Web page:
Modern science is now beginning to study the effects of meditation on longevity with some very promising results. In India I had often heard stories of monks and nuns who lived to an extremely old age and I often wondered whether this had something to do with their dedicated meditation practice. Dr. Robert Keith Wallace is a pioneer in this field and published a study in the Journal of Neuroscience which showed that those who practiced meditation for just a five year period had a biological age somewhat 12 years less than their chronological age.

So why does meditation increase your lifespan? Lots of reasons. The main three, however, relate to its ability to deal with stress, longevity and immunity hormones. Dr. Vincent Giampapa has done studies that show how massively these hormones are affected by some simple meditation practice.

Many of these studies have shown that you just need to take a few minutes each day to sit down, relax and focus on your breathing. Calm your mind down and focus on the breath coming in and out of your nose and there is a good chance you will avoid certain illnesses. Scientific proof that the mind can affect the body in a big way.

DON’T – Stress
More than ever before we have concrete evidence that stress can kill you. Sure, it won’t kill you right away but it will lead to things like heart disease and perhaps even cancer. Robert Sapolsky has spent more than 30 years studying the effects of stress. In an interview with Stanford Report he mentions that stress is designed to keep us alive by helping us run away from predators or fight off enemies, and it does this extremely well by releasing certain hormones. But nowadays those same hormones are being released when we worry about money or our next bill. And overtime this has devastating effects on the body.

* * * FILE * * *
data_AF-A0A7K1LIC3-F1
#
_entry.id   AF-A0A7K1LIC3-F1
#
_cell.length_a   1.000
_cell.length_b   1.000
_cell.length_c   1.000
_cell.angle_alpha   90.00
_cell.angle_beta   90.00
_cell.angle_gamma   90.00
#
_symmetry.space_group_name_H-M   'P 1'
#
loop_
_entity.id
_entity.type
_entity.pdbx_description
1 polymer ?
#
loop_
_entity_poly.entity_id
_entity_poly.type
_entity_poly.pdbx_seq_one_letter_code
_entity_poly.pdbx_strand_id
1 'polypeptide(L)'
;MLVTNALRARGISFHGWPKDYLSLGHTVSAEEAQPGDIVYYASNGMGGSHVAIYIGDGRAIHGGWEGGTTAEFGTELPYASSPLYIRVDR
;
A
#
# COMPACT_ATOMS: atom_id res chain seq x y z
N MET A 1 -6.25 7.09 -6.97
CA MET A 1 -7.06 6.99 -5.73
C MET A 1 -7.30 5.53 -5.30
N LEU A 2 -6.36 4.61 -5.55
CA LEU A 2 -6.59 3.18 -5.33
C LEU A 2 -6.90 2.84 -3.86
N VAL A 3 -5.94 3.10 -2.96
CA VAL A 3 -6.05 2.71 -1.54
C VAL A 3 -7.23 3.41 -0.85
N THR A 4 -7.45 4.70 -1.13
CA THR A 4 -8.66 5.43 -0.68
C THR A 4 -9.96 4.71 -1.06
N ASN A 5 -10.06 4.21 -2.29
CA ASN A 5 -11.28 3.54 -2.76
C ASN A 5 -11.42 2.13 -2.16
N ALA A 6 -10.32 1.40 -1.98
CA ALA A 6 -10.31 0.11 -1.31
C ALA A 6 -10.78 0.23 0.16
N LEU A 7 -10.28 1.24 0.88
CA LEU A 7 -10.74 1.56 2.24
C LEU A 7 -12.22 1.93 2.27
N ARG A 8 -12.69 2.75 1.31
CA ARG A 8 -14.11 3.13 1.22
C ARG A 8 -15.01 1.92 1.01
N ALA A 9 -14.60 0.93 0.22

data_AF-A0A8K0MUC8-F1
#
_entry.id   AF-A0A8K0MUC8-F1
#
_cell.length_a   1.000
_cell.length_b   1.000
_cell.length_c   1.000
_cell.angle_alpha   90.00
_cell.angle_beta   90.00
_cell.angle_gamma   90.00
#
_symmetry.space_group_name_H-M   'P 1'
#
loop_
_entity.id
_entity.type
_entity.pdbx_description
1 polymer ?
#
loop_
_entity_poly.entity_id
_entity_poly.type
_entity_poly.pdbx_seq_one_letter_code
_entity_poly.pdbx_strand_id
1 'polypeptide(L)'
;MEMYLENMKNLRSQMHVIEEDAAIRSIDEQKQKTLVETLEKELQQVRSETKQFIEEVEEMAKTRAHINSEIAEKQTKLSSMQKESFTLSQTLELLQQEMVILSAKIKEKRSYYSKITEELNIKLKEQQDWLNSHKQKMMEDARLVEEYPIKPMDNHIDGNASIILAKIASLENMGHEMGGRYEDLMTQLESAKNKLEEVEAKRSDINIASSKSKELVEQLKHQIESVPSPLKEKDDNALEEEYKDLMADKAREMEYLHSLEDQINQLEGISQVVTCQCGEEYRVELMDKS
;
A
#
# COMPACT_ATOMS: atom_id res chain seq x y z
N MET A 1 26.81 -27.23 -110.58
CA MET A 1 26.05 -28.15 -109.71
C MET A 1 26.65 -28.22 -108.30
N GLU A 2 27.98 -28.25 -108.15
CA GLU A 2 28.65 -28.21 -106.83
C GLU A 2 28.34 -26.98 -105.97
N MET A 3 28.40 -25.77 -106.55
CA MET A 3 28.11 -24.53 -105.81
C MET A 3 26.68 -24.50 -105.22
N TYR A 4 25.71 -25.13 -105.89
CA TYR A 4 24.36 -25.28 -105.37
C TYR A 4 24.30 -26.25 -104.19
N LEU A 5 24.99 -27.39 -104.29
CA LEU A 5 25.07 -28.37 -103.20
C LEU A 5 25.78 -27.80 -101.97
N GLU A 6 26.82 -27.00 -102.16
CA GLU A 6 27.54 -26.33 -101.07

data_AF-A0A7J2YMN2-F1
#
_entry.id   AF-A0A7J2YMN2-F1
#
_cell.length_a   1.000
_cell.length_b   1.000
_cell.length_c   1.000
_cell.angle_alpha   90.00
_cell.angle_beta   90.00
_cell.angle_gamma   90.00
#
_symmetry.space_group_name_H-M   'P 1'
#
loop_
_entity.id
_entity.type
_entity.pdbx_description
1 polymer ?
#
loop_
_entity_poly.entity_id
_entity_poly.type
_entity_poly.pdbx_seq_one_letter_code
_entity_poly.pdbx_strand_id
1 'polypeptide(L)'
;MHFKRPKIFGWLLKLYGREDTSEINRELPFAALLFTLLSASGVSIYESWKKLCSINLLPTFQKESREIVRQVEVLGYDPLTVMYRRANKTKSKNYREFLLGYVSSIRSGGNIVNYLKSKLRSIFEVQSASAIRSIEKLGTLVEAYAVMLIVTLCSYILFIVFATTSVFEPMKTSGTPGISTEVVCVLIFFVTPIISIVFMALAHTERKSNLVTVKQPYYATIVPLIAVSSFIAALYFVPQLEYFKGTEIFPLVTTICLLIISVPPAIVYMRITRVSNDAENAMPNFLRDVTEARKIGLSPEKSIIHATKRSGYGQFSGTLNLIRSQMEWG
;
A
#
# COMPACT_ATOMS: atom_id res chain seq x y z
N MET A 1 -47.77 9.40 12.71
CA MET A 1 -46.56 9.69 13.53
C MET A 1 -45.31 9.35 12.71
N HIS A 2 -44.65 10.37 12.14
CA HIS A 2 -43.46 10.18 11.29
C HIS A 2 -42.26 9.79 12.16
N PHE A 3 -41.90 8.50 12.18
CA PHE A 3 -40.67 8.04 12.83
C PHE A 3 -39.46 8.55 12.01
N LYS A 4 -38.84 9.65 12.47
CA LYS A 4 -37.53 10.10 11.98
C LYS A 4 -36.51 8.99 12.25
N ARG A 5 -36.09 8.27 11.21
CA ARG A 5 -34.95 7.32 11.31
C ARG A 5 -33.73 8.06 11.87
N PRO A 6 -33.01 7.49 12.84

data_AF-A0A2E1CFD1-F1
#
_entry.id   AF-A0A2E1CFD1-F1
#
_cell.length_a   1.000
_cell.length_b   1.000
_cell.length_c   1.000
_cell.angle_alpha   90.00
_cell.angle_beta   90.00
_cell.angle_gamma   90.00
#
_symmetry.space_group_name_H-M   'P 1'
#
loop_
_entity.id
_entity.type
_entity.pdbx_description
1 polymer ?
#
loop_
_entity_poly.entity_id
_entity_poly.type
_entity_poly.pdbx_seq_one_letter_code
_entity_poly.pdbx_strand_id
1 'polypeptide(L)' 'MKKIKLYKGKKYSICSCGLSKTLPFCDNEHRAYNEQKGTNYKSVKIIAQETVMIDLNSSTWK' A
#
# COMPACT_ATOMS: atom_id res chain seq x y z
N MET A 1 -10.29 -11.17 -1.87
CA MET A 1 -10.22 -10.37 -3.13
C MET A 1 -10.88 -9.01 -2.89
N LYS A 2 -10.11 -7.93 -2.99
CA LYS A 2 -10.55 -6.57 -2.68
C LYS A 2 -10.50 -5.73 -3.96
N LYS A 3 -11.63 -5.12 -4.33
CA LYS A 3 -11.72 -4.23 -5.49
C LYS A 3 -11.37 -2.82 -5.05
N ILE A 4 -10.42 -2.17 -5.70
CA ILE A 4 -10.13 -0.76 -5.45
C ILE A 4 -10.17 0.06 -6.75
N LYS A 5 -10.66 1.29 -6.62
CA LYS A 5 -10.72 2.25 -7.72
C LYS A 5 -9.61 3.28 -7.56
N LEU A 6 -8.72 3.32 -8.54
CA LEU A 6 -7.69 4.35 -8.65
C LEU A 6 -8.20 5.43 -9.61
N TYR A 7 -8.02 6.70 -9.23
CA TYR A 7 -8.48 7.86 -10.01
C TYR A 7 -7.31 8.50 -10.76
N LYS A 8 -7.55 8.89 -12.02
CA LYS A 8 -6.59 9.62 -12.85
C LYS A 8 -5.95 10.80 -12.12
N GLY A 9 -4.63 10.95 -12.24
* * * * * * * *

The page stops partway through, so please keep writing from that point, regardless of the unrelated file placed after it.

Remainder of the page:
Stress is also dangerous because it can lead to other life-shortening practices like smoking or binge drinking. When you feel stressed at work you often come home to a junk food meal and some beer to make you feel better. And this makes you sick.

If you want to add 10 years to your life you need to learn how to deal with stress. It is important to realize that you will never be able to eliminate all the causes of stress in your life; the bills will keep coming. The goal is to develop some techniques to deal with those life events.

DO – Drink Green Tea
Green tea has been drunk in China and other regions of Asia for thousands of years. It has formed an integral part of their medical system and has long been known as a substance that can have very positive effects on the body. And now western medical science is backing up those claims with various studies that point to the health benefits of green tea. The study in the previous link surveyed 40,000 people over a ten year period and found that drinking green tea made you less likely to die of cardiovascular disease. And considering that heart disease is the leading cause of death in the western world, it might mean that green tea can significantly increase your life span.

Munnar Tea Plantations